44 Inch Chest (2009)
Starring Ray Winstone, Tom Wilkinson, Ian McShane, John Hurt, Stephen Dillane, Joanne Whalley and Jim Hawkins.
Directed by Malcolm Venville.
Colin Diamond (Ray Winstone) is having a rough night. His wife of 21 years—Liz (Joanne Whalley), the love of his life, the queen of his universe, the mother of his children—has found someone new. Emotionally shattered, his life and home in ruins, Colin calls his friend Archie (Tom Wilkinson) who quickly rounds up the whole gang: Old Man Peanut (John Hurt), a foul-mouthed codger who’s quick to tell Colin how the late Billy Brighton would have handled the whole mess in the old days, by God; Mal (Stephen Dillane), a foul-mouthed hothead only too eager to conjure up imagined details of Liz’s affair; and Meredith (Ian McShane), a smooth and suave dandy who remains cool, collected and emotionally detached from the whole nasty business.
With a near-comatose Colin riding shotgun, Archie—good old soft-spoken, ever-supportive Arch, who lives with his mum and has never been married—drives the gang to the restaurant where Liz’s Loverboy (Melvil Poupaud) is a waiter (a waiter!). “Concentrate on your snails,” a bat-wielding Archie advises the patrons as Loverboy is forcibly removed from the premises and shoved into the back of the van, whisking him away to an abandoned apartment building, where he is locked in a large wardrobe (presumably the titular 44-inch chest) to await whatever revenge Colin chooses to exact.
“This isn’t a guys’ movie,” Laura declared as we watched Mal, Peanut, Archie and Meredith hurl abuse at Loverboy, finally removed from the wardrobe and seated—hands tied and a bag over his head—on a chair in the middle of the rundown apartment. “They’re talking too much; they’re not doing anything. That’s not how men behave.” It’s true: once Loverboy has been abducted, the main thrust of 44 Inch Chest is Colin deciding—with no small amount of advice from his friends—just what he’s going to do with his wife’s paramour.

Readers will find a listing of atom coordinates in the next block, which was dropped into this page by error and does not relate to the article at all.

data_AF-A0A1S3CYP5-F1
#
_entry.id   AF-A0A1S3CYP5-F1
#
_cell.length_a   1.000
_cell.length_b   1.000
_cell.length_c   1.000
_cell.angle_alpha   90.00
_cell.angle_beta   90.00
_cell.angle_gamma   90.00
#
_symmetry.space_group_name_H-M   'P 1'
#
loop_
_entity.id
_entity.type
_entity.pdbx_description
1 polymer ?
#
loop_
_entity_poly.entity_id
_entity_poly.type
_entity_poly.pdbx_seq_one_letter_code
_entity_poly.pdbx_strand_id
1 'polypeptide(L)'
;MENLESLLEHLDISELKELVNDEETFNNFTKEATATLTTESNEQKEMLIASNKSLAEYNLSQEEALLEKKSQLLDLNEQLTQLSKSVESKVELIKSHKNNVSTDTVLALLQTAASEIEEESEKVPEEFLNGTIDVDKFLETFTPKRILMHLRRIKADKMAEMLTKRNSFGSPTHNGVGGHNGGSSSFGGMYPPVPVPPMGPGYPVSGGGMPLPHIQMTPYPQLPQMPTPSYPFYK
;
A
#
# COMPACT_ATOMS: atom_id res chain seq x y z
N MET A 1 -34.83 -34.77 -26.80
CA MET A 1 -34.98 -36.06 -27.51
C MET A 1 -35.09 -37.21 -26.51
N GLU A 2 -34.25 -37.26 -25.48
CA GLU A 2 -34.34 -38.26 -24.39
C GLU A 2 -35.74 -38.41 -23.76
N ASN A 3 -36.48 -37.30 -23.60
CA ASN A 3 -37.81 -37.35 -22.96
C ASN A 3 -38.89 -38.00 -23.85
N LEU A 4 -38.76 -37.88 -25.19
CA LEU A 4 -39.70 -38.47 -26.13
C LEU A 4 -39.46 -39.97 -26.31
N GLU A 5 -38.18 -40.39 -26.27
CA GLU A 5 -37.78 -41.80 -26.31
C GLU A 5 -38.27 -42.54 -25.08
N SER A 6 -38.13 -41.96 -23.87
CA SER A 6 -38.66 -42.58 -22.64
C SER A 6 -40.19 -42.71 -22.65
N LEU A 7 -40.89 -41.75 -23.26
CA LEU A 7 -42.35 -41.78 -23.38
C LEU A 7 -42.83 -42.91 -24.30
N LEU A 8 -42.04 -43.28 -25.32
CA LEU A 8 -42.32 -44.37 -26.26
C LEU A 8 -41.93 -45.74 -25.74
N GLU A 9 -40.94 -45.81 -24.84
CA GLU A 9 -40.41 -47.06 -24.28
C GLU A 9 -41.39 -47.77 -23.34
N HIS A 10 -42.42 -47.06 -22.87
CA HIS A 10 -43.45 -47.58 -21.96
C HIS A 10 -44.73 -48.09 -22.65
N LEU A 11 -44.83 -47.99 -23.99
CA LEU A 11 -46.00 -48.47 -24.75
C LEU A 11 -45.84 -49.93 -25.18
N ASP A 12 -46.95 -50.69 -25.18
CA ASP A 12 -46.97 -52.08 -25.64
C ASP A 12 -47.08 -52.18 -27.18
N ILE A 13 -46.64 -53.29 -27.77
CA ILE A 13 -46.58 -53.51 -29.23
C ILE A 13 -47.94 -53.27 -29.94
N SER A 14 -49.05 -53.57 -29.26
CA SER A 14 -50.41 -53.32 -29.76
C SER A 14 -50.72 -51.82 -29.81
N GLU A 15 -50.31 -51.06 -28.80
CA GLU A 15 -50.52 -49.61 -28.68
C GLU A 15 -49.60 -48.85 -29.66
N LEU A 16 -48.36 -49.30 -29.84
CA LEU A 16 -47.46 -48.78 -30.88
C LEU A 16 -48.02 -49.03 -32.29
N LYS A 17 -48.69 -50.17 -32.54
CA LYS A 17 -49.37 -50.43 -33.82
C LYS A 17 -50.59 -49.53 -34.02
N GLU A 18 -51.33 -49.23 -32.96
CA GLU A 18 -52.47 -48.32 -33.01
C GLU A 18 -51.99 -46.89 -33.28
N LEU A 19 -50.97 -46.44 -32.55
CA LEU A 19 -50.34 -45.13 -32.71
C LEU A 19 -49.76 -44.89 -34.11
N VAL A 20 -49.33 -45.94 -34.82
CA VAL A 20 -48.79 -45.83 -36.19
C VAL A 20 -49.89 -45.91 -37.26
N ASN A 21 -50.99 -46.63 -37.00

44 Inch Chest is a tricky beast: a fairly straightforward story that often suggests all is not as it seems, that we are not privy to the entire picture, that at any moment some crucial bit we’ve been missing will be revealed, all the pieces will suddenly fall into place and our collective minds will be blown. For example, Loverboy’s face remains hidden for roughly two-thirds of the film, leading us to wonder if perhaps the gang has nabbed the wrong bloke or maybe when the bag is removed Meredith or Mal will recognize him, and his true identity will turn the story on its side.
Colin, too, teases us with flashbacks to his encounter with Liz; each subsequent flashback revealing a little more, planting the suggestion that maybe—just maybe—something horrible has happened to his estranged wife. Adding to the sense that all is not as it seems, Colin appears to be growing more and more delusional as time goes by, first imagining that Liz has found him and Loverboy, then dreaming up ever more unusual encounters with Liz and the gang. “Colin’s gone,” he says at one point, and Laura and I both began to wonder if we weren’t watching a British version of Identity.
We watched and waited, expecting that the next flashback would detail Liz’s gruesome death, or that the next words out of Old Man Peanut’s mouth would—between f-bombs—reveal that the entire scenario is playing out in Colin’s mind as he lies dying on his living room floor, murdered by his estranged wife.
When Colin leaves the apartment for the last time, it is immediately apparent that it really is the last time, that the other shoe we’ve been waiting for is never going to drop—it doesn’t even exist. The ending does not twist, the figurative sneeze we’ve been building up to for the past ninety minutes is denied, and along with it any sense of satisfaction, release or relief.